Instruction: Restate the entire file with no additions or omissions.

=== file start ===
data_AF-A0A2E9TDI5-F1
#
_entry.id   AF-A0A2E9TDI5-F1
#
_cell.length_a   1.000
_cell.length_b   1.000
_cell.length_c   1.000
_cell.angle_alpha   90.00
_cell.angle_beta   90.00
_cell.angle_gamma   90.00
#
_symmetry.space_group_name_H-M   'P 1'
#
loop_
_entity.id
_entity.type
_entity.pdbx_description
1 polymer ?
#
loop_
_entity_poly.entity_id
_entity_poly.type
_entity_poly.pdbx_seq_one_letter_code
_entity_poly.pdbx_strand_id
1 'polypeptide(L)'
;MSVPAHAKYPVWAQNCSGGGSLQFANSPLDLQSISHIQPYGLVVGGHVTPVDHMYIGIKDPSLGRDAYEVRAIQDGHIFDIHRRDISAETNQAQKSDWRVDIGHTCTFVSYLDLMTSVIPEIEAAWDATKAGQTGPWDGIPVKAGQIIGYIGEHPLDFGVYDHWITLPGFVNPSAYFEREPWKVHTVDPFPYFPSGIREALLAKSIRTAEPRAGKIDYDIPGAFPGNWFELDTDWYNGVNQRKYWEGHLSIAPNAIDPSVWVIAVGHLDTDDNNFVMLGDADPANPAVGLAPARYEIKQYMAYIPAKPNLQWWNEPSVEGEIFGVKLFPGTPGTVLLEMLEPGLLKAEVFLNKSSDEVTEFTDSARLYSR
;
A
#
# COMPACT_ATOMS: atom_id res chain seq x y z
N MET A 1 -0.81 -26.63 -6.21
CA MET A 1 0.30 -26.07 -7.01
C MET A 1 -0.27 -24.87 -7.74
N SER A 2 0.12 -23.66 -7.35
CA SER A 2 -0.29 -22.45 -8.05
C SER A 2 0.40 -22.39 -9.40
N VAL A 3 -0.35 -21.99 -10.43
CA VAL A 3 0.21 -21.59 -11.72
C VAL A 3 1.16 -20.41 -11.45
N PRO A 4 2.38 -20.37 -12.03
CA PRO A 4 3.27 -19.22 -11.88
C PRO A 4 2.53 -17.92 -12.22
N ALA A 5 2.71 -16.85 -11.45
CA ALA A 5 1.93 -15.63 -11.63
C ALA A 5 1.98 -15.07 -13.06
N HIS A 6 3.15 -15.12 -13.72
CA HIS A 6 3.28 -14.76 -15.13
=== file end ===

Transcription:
data_AF-A0A2E9TDI5-F1
#
_entry.id   AF-A0A2E9TDI5-F1
#
_cell.length_a   1.000
_cell.length_b   1.000
_cell.length_c   1.000
_cell.angle_alpha   90.00
_cell.angle_beta   90.00
_cell.angle_gamma   90.00
#
_symmetry.space_group_name_H-M   'P 1'
#
loop_
_entity.id
_entity.type
_entity.pdbx_description
1 polymer ?
#
loop_
_entity_poly.entity_id
_entity_poly.type
_entity_poly.pdbx_seq_one_letter_code
_entity_poly.pdbx_strand_id
1 'polypeptide(L)'
;MSVPAHAKYPVWAQNCSGGGSLQFANSPLDLQSISHIQPYGLVVGGHVTPVDHMYIGIKDPSLGRDAYEVRAIQDGHIFDIHRRDISAETNQAQKSDWRVDIGHTCTFVSYLDLMTSVIPEIEAAWDATKAGQTGPWDGIPVKAGQIIGYIGEHPLDFGVYDHWITLPGFVNPSAYFEREPWKVHTVDPFPYFPSGIREALLAKSIRTAEPRAGKIDYDIPGAFPGNWFELDTDWYNGVNQRKYWEGHLSIAPNAIDPSVWVIAVGHLDTDDNNFVMLGDADPANPAVGLAPARYEIKQYMAYIPAKPNLQWWNEPSVEGEIFGVKLFPGTPGTVLLEMLEPGLLKAEVFLNKSSDEVTEFTDSARLYSR
;
A
#
# COMPACT_ATOMS: atom_id res chain seq x y z
N MET A 1 -0.81 -26.63 -6.21
CA MET A 1 0.30 -26.07 -7.01
C MET A 1 -0.27 -24.87 -7.74
N SER A 2 0.12 -23.66 -7.35
CA SER A 2 -0.29 -22.45 -8.05
C SER A 2 0.40 -22.39 -9.40
N VAL A 3 -0.35 -21.99 -10.43
CA VAL A 3 0.21 -21.59 -11.72
C VAL A 3 1.16 -20.41 -11.45
N PRO A 4 2.38 -20.37 -12.03
CA PRO A 4 3.27 -19.22 -11.88
C PRO A 4 2.53 -17.92 -12.22
N ALA A 5 2.71 -16.85 -11.45
CA ALA A 5 1.93 -15.63 -11.63
C ALA A 5 1.98 -15.07 -13.06
N HIS A 6 3.15 -15.12 -13.72
CA HIS A 6 3.28 -14.76 -15.13